Germany Tells EU to Prepare Countermeasures Against US Sanctions

German Economics Minister Brigitte Zypries says new US sanctions law violates international law.

Featured image: German Economics Minister Brigitte Zypries (Source: Wikimedia Commons)

The German government has again weighed in with strong criticism of the latest US sanctions bill.

The latest comments have come from German Economics Minister Brigitte Zypries, who is reported by Reuters to have said the following

We consider this as being against international law, plain and simple. Of course we don’t want a trade war. But it is important the European Commission now looks into countermeasures.

(bold italics added)

These are exceptionally strong words coming from the Economics Minister of the country which is the US’s most important ally.

They also underscore the folly of the latest sanctions bill. In saying that the proposed sanctions go against international law Germany is now publicly contesting the US doctrine of the universal worldwide applicability of US law.

To be clear this doctrine has never had any legal basis and is in fact contrary to international law exactly as Brigitte Zypries says. However the US is passionately committed to it, and its allies have up to now passively cooperated with it. However by going against the fundamental economic interests of its own allies the US has now provoked the most powerful of them – Germany – to contest it publicly.

I would add that a suggestion from the German Economics Minister to the European Commission to look at countermeasures against the US sanctions is all but an order from Germany to the European Commission that it do just that.

There is a political dimension to this strong German position. Germany has parliamentary elections later this year, and with German public opinion strongly opposing the latest US sanctions neither of the two parties that make up the ruling coalition – the SPD or the CDU – will want to look like they are backing down before the US on this issue. Brigitte Zypries is from the SPD, which appears to be positioning itself as the champion of German national interests against the US sanctions bill. Merkel and the CDU will not want to be put in a position where they appear to be conceding this role to the SPD.

Though President Trump has indicated that he will sign the new sanctions law, there is actually still scope for negotiation between the US and Germany. President Trump would have to make an Executive Order before German or European companies which participate in Russian pipeline projects or in Nord Stream 2 could be fined under this new sanctions law. He may have no wish to do so or he could – following negotiations with Germany and the EU – sign an Executive Order that safeguards the positions of German and European companies which participate in such projects. My guess is that this is what will eventually happen.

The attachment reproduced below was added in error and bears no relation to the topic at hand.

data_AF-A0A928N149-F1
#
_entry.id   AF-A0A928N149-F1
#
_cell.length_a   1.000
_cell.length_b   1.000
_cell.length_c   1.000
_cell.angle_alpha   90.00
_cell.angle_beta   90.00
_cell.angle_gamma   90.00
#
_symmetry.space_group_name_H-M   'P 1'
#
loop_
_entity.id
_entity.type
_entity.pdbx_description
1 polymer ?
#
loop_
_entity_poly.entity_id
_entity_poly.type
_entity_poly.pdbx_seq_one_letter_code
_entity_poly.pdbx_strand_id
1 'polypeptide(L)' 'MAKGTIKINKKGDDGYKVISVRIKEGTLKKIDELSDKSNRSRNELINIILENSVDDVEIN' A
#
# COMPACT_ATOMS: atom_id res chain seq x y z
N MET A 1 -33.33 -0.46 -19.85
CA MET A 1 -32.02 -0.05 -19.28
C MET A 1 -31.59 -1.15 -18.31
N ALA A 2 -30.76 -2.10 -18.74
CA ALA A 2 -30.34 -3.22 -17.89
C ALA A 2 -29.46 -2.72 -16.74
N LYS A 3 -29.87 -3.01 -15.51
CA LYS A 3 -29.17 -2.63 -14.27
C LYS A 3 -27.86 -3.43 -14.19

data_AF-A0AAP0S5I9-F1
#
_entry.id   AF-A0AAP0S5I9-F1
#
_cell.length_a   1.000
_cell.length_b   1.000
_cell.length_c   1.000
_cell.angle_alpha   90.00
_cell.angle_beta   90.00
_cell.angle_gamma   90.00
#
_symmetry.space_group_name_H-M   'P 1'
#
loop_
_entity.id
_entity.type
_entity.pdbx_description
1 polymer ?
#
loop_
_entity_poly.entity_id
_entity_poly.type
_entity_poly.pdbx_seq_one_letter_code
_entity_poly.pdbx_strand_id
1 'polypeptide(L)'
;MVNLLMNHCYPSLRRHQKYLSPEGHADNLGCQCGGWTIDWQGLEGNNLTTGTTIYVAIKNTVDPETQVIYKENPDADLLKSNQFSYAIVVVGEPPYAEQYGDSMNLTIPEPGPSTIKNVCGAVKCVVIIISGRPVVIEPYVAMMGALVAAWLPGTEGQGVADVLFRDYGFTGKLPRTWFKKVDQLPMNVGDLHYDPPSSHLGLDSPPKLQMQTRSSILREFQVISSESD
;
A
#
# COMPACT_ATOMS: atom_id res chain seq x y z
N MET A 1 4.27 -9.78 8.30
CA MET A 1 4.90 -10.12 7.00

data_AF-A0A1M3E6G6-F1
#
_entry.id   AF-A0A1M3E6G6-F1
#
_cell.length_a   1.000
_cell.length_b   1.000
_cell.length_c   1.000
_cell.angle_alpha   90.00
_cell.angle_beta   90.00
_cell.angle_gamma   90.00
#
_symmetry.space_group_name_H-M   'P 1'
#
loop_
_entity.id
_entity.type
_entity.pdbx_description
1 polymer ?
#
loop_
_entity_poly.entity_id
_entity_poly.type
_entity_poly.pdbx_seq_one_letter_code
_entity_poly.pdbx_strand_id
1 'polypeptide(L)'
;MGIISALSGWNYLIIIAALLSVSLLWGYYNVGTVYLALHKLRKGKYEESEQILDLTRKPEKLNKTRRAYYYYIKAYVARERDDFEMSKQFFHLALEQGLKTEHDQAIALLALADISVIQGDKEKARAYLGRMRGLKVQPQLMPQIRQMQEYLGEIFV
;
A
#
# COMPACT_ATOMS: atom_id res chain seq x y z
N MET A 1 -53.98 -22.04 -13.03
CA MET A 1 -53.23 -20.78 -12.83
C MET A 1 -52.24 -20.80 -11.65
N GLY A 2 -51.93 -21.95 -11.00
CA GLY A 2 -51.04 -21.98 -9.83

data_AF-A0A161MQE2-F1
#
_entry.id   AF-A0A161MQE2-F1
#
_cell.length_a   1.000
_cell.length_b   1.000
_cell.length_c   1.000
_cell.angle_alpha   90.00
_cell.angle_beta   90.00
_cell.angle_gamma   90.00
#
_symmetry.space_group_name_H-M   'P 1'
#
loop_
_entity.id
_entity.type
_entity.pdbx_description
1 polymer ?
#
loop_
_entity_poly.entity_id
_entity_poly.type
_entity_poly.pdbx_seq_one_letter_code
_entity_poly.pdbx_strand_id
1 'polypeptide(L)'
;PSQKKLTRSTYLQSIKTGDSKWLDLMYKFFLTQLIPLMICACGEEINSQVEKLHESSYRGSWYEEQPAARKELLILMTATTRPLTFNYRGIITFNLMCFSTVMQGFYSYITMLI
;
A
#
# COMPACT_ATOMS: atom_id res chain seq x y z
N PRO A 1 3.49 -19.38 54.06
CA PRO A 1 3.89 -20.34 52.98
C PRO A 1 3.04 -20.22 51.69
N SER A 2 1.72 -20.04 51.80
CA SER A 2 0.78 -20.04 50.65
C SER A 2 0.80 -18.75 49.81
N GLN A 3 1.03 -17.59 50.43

However the US should never have put itself into this position in the first place. A thoughtless law overwhelmingly carried by the US Congress because of a domestic quarrel will have no significant impact on Russia’s economy but has already provoked a Russian response which threatens to tear the heart out of the US diplomatic and intelligence presence in Russia whilst setting the US against Germany and its other key European allies.

It would be difficult to think of anything more counterproductive but that is the route legislators in the US Congress have overwhelmingly chosen to take.

Alexander Mercouris is Editor-in-Chief at The Duran

Articles by: Alexander Mercouris

Disclaimer: The contents of this article are of sole responsibility of the author(s). The Centre for Research on Globalization will not be responsible for any inaccurate or incorrect statement in this article. The Centre of Research on Globalization grants permission to cross-post Global Research articles on community internet sites as long the source and copyright are acknowledged together with a hyperlink to the original Global Research article. For publication of Global Research articles in print or other forms including commercial internet sites, contact: [email protected] contains copyrighted material the use of which has not always been specifically authorized by the copyright owner. We are making such material available to our readers under the provisions of "fair use" in an effort to advance a better understanding of political, economic and social issues. The material on this site is distributed without profit to those who have expressed a prior interest in receiving it for research and educational purposes. If you wish to use copyrighted material for purposes other than "fair use" you must request permission from the copyright owner.

For media inquiries: [email protected]